Choosing Between Unpalatable Options
Science fiction frequently presents ethical dilemmas in ultimate terms. While we should be cautious to recognise the dilemmas are often simplistically rendered in drama they are nevertheless a stark way of focusing on a conflict in principles. Take two examples: one from the Watchmen movie and comic book and the other from the BBC’sTorchwood. Both deal with the political reality of sacrificing human lives for a greater good in utilitarian terms
Example 1: Watchmen
The Watchmen, a curious dystopian vision of a future of US history in which strange costumed Super Heroes emerged in the 1940s and 50s and helped America to win the Vietnam war. Nixon is still President and the Super Heros are now retired or working for the government. One, a brilliant scientist, has created the technology to destroy a number of the world’s capital cities. He does this, disguising it as coming from another hero (in the movie) as tensions have escalated towards nuclear war between the USSR and USA. Moments before the launch of a nuclear strike the destruction of so many major world capitals causes the USSR and USA to ally their forces against the common enemy and a new era of peacetime begins. The hero scientist with the brilliant mind worked out that the only way to prevent massive thermonuclear war was to tactically present a third common enemy to unite the world. He succeeds, at least for the present, but at the cost of tens of millions of lives. The other heroes are horrified at what the brilliant scientist has done.
Example 2: Torchwood
Torchwood presents a similar dilemma but this time the threat is from an over powering enemy which wants live children so they can feed off chemicals released in the children’s bodies. It is a horrific vision. The enemy has a virus which it could release to the world if the children are not handed over. There seems no way to challenge the aliens. The British Cabinet are left to work out how to choose children. They use school league tables to work out which children are likely to be least productive. But how to get the schools and families to agree? They tell a lie that there is an inoculation that these children need urgently and they get the help of the army by telling soldiers the truth and guaranteeing the safety of their own children if the soldiers help to round up the others. Faced with annihilation or the sacrifice of many children, they choose the sacrifice as the only responsible thing to do. In the end this disaster is averted by Captain Jack Harkness who uses his own grandson to destroy the aliens. In doing so the child must die. His team are horrified by what he has to do.
In both nightmarish visions a few, or the one, are sacrificed to avert the catastrophic alternative. In both dramas there are those who voice an alternative moral sentiment. It is better that humanity falls, than such a terrible price is paid for survival. Both programmes challenge what is meant by heroism. In both we are left wondering whether the real hero is the person who acted to save humanity by a brutal act. Perhaps this is an example of the different between good acts and right acts. There is nothing intrinsically good about the murder of innocents but what if that was the only way of reducing the overall death toll? Is it better to do a ‘right’ but bad thing, or better to allow a ‘wrong’ and terrible thing to occur?
Then there is the question of what happens to the people after their terrible right but bad acts. Do they become monsters? Captain Jack leaves Earth, never wanting to return. The Brilliant Hero Scientist stays. Is there a price that is paid by the civilizations themselves? What kind of world is it that allows the few to die in the interests of the many?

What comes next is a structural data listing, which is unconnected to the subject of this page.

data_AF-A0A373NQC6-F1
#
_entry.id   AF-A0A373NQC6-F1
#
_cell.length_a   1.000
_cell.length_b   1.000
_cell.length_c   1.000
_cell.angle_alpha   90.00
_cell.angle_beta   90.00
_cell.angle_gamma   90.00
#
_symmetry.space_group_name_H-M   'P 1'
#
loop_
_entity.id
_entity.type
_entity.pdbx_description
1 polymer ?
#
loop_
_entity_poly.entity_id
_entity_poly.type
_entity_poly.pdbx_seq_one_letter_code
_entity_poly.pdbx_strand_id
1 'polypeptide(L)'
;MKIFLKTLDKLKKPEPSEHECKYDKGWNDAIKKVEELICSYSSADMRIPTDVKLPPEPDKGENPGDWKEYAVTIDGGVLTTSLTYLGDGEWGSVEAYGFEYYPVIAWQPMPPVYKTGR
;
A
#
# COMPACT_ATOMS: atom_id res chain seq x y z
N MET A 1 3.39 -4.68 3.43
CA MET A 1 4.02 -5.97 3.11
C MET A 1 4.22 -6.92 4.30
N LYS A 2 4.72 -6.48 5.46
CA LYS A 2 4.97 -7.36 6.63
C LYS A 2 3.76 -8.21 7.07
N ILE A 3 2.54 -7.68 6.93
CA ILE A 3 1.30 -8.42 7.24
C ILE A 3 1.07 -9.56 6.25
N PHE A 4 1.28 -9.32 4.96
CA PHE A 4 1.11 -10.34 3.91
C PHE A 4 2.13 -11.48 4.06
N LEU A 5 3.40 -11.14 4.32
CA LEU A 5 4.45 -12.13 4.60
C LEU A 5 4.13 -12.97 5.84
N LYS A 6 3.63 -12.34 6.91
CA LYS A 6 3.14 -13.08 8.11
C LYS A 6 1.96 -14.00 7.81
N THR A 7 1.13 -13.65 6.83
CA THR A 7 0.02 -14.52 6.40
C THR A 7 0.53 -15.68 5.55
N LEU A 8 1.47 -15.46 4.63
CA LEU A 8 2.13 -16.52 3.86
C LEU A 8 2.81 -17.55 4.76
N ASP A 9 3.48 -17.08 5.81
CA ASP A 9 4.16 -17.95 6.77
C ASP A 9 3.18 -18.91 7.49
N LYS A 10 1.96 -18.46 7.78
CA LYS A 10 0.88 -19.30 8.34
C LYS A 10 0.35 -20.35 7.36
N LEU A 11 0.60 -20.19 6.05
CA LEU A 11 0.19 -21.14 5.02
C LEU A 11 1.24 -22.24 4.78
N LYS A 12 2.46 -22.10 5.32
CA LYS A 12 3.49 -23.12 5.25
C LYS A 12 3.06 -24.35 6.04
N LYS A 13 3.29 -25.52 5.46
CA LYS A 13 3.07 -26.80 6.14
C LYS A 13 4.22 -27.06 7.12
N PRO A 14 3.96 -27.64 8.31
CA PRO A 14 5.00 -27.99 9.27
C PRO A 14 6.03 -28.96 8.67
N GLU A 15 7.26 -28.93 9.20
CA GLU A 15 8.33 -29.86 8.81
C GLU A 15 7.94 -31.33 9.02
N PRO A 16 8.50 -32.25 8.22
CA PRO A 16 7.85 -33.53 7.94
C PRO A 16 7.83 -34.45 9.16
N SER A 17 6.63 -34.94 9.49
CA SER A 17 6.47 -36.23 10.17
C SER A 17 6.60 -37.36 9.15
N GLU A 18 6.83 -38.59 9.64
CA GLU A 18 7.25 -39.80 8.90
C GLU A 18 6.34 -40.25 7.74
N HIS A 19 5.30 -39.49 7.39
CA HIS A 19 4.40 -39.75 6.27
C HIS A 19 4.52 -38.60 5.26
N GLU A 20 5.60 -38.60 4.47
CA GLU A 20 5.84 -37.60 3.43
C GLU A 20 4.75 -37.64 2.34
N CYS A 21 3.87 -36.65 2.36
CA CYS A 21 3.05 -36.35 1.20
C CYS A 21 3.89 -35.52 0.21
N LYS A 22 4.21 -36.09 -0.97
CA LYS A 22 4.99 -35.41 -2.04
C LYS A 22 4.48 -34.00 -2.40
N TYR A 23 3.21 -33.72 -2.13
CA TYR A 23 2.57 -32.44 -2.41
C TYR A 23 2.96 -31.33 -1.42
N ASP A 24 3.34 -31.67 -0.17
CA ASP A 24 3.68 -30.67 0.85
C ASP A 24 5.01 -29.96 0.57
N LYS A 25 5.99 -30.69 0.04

Of course it is comfortable to treat such moral decision making as a sci-fi drama. But military commanders of soldiers will face terrible moments where they must send men to certain or near certain death, to insure that the battle plan is ultimately won. Politicians have to make calculations about how to allocate a limited budget among an overwhelming need. For instance, there is an increasing pressure for some local authorities to merge homes for the elderly as the larger homes are cheaper to run and budgets are very tight. But to close a home can lead to the elderly residents suffering from the loss of their familiar surroundings and can bring on a death earlier than necessary. One solicitor has made a name for herself by fighting the closures because it is clearly in the interests of residents not to go through the trauma of a move. But if there is no money to pay for it, what then?
This is the conflict between a pragmatic utilitarian ethic and an altruistic and idealist one. How would you act? I for one am glad I do not have to make the decision. There is a saying that when faced with two unpalatable options, the choice should follow your imperative – that which is essential above all else. Perhaps this means sacrificing the few for the many. For some all ethics boils down to a pragmatic realism. Underneath is a view that things cannot be changed – there is no truly just society. The reality is that it is a jungle out there and the fittest and perhaps most vicious, or wealthy, survive.
But against this gloomy presentation of ethics we must pay attention to how human civilization has sought out to alleviate suffering – the anti-slavery movement, the women’s rights movement, the development of liberal democracies where there is more participation in power. The individual people who did extraordinary things to save the lives of other people, such as those who saved Jews and others persecuted by the Nazis.
We could argue that progress is being made towards a better world and that a belief that it is possible to make the world better is essential to keep that progress going.